Marx-Engels Correspondence 1870

Karl Marx to Friedrich Engels in Manchester, 28 July 1870

Source: Karl Marx and Frederick Engels, Selected Correspondence (Progress Publishers, Moscow, 1975). Scanned and prepared for the Marxist Internet Archive by Paul Flewers.

... Last Tuesday the General Council ordered a thousand copies of the Address [1] to be printed. Today I expect the proof-sheets.

The singing of the Marseillaise in France is a parody just like all the Second Empire. But that scoundrel [2] at least feels that ‘Going off to Syria’ [3] would not do. In Prussia, on the other hand, such buffoonery is not necessary. ‘Lord, in Thee is all my trust!’, sung by William I, with Bismarck on the right and Stieber [4] on the left, is the German Marseillaise. Like in 1812 seqq, the German philistine seems to be really delighted because he can now give free vent to his innate servility. Who would have thought it possible that twenty-two years after 1848 a national war in Germany would be given such theoretical expression!

It is fortunate that this whole demonstration originated with the middle class. The working class, with the exception of the direct adherents of Schweitzer, [5] takes no part in it. The war of classes in both countries, France and Germany, has fortunately reached such an extent that no war abroad can seriously turn back the wheels of history...


1. The reference is to the First Address of the General Council of the International Working Men’s Association on the Franco-Prussian War (see Marx and Engels, Selected Works, Volume 2 (Moscow, 1973), pp 190-94) – Progress Publishers.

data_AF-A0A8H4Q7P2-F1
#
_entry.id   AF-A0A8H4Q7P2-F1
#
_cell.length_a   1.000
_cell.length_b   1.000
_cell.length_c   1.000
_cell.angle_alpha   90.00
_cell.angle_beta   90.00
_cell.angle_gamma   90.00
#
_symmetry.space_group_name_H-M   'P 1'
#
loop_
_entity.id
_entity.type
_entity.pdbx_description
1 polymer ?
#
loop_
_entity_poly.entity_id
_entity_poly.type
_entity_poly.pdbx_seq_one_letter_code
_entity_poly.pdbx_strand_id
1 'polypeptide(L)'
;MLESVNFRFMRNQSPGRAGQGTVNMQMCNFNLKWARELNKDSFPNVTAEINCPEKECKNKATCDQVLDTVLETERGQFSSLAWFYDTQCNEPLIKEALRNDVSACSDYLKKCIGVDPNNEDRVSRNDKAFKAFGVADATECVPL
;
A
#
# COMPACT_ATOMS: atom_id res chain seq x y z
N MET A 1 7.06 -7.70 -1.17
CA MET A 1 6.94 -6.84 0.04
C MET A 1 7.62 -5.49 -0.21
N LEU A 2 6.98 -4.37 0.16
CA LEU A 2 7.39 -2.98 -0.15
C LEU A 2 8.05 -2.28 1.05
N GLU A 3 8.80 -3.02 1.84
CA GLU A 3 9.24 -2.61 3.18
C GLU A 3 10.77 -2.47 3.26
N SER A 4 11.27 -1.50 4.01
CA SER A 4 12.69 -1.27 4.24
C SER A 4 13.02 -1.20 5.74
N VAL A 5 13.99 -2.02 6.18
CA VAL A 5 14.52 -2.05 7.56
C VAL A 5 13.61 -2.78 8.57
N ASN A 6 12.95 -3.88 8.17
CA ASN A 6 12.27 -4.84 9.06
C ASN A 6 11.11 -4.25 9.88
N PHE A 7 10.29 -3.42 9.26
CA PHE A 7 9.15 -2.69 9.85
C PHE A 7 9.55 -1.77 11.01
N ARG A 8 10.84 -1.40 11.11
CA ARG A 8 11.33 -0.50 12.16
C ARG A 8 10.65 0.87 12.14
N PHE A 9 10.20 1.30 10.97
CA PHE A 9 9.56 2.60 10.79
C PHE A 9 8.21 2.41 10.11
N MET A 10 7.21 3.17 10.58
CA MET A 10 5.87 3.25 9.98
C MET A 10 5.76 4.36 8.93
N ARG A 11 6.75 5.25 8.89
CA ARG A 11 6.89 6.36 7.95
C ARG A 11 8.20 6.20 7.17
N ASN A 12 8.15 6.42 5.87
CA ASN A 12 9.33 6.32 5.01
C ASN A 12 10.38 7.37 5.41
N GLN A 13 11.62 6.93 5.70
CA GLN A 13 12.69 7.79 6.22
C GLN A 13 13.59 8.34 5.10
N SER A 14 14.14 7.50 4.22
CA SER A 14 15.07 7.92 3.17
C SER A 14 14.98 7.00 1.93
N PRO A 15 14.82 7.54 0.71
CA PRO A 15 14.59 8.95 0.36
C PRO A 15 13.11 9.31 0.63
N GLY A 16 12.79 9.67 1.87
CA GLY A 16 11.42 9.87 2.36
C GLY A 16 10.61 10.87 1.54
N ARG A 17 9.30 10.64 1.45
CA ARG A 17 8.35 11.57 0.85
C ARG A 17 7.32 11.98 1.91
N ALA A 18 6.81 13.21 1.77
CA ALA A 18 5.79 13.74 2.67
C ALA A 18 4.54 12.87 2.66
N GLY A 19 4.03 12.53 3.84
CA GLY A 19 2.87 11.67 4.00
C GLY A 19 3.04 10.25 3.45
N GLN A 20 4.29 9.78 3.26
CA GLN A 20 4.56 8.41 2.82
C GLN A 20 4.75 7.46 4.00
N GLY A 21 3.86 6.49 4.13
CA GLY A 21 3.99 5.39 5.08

2. Napoleon III – Progress Publishers.

3. ‘Going off to Syria’ ('Partant pour la Syrie’) – a French song written at the beginning of the nineteenth century, which became a sort of Bonapartist anthem during the Second Empire – Progress Publishers.

4. Wilhelm Stieber (1818-1882) – Prussian police officer, Chief of Prussian Police (1850-60), an organiser of Cologne Communist Trial and principle witness at this trial (1852), head of Prussian intelligence service (1870-71) – Progress Publishers.

5. Johann Baptist Schweitzer (1833-1875) – one of Lassallean leaders in Germany, editor of Sozial-Demokrat (1864-67), President of General Association of German Workers (1867-71), gave support to Bismarck’s policy of unification of Germany ‘from above’ under hegemony of Prussia, prevented German workers’ affiliation to First International, fought against Social-Democratic Workers Party, expelled from Association in 1872 after his connections with Prussian authorities were exposed – Progress Publishers.